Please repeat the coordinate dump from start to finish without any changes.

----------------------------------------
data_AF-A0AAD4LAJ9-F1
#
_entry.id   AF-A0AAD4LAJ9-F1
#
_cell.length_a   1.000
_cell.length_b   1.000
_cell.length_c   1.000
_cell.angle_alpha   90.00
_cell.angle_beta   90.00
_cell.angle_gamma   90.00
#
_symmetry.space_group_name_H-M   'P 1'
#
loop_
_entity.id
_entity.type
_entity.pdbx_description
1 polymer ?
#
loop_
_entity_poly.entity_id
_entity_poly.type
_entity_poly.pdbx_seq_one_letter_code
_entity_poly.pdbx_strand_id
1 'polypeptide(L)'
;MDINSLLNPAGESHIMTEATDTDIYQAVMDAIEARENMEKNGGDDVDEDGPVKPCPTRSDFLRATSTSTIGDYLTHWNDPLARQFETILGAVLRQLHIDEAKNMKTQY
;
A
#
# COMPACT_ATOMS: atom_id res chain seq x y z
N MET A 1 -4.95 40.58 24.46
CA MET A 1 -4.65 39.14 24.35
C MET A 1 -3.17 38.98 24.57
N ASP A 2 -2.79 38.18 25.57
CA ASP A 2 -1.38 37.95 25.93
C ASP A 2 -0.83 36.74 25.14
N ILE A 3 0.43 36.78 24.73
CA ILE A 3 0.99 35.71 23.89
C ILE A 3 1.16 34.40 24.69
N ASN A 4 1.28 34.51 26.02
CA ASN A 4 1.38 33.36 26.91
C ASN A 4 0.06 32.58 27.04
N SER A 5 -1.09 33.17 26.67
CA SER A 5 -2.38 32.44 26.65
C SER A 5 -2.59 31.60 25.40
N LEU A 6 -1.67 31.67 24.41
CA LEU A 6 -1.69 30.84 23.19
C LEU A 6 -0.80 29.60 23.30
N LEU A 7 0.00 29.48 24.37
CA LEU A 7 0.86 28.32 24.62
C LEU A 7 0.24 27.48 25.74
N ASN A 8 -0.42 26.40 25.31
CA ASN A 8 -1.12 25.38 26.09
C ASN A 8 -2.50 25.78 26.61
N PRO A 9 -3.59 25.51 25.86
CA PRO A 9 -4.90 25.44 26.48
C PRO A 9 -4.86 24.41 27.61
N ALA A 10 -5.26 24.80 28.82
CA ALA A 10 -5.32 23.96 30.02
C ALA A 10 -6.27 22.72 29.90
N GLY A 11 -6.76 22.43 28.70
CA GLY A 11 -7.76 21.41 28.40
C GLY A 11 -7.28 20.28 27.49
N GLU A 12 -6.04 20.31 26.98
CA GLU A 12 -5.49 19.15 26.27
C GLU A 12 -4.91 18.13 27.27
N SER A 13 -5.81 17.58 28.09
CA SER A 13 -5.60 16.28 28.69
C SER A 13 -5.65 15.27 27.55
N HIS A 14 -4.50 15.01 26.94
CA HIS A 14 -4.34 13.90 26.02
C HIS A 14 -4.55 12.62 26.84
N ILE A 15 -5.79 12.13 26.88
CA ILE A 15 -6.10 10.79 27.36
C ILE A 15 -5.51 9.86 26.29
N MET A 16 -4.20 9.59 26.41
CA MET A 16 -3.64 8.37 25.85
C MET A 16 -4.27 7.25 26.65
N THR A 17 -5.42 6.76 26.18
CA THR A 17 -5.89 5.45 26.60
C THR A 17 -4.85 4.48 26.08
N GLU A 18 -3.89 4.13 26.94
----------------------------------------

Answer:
data_AF-A0AAD4LAJ9-F1
#
_entry.id   AF-A0AAD4LAJ9-F1
#
_cell.length_a   1.000
_cell.length_b   1.000
_cell.length_c   1.000
_cell.angle_alpha   90.00
_cell.angle_beta   90.00
_cell.angle_gamma   90.00
#
_symmetry.space_group_name_H-M   'P 1'
#
loop_
_entity.id
_entity.type
_entity.pdbx_description
1 polymer ?
#
loop_
_entity_poly.entity_id
_entity_poly.type
_entity_poly.pdbx_seq_one_letter_code
_entity_poly.pdbx_strand_id
1 'polypeptide(L)'
;MDINSLLNPAGESHIMTEATDTDIYQAVMDAIEARENMEKNGGDDVDEDGPVKPCPTRSDFLRATSTSTIGDYLTHWNDPLARQFETILGAVLRQLHIDEAKNMKTQY
;
A
#
# COMPACT_ATOMS: atom_id res chain seq x y z
N MET A 1 -4.95 40.58 24.46
CA MET A 1 -4.65 39.14 24.35
C MET A 1 -3.17 38.98 24.57
N ASP A 2 -2.79 38.18 25.57
CA ASP A 2 -1.38 37.95 25.93
C ASP A 2 -0.83 36.74 25.14
N ILE A 3 0.43 36.78 24.73
CA ILE A 3 0.99 35.71 23.89
C ILE A 3 1.16 34.40 24.69
N ASN A 4 1.28 34.51 26.02
CA ASN A 4 1.38 33.36 26.91
C ASN A 4 0.06 32.58 27.04
N SER A 5 -1.09 33.17 26.67
CA SER A 5 -2.38 32.44 26.65
C SER A 5 -2.59 31.60 25.40
N LEU A 6 -1.67 31.67 24.41
CA LEU A 6 -1.69 30.84 23.19
C LEU A 6 -0.80 29.60 23.30
N LEU A 7 0.00 29.48 24.37
CA LEU A 7 0.86 28.32 24.62
C LEU A 7 0.24 27.48 25.74
N ASN A 8 -0.42 26.40 25.31
CA ASN A 8 -1.12 25.38 26.09
C ASN A 8 -2.50 25.78 26.61
N PRO A 9 -3.59 25.51 25.86
CA PRO A 9 -4.90 25.44 26.48
C PRO A 9 -4.86 24.41 27.61
N ALA A 10 -5.26 24.80 28.82
CA ALA A 10 -5.32 23.96 30.02
C ALA A 10 -6.27 22.72 29.90
N GLY A 11 -6.76 22.43 28.70
CA GLY A 11 -7.76 21.41 28.40
C GLY A 11 -7.28 20.28 27.49
N GLU A 12 -6.04 20.31 26.98
CA GLU A 12 -5.49 19.15 26.27
C GLU A 12 -4.91 18.13 27.27
N SER A 13 -5.81 17.58 28.09
CA SER A 13 -5.60 16.28 28.69
C SER A 13 -5.65 15.27 27.55
N HIS A 14 -4.50 15.01 26.94
CA HIS A 14 -4.34 13.90 26.02
C HIS A 14 -4.55 12.62 26.84
N ILE A 15 -5.79 12.13 26.88
CA ILE A 15 -6.10 10.79 27.36
C ILE A 15 -5.51 9.86 26.29
N MET A 16 -4.20 9.59 26.41
CA MET A 16 -3.64 8.37 25.85
C MET A 16 -4.27 7.25 26.65
N THR A 17 -5.42 6.76 26.18
CA THR A 17 -5.89 5.45 26.60
C THR A 17 -4.85 4.48 26.08
N GLU A 18 -3.89 4.13 26.94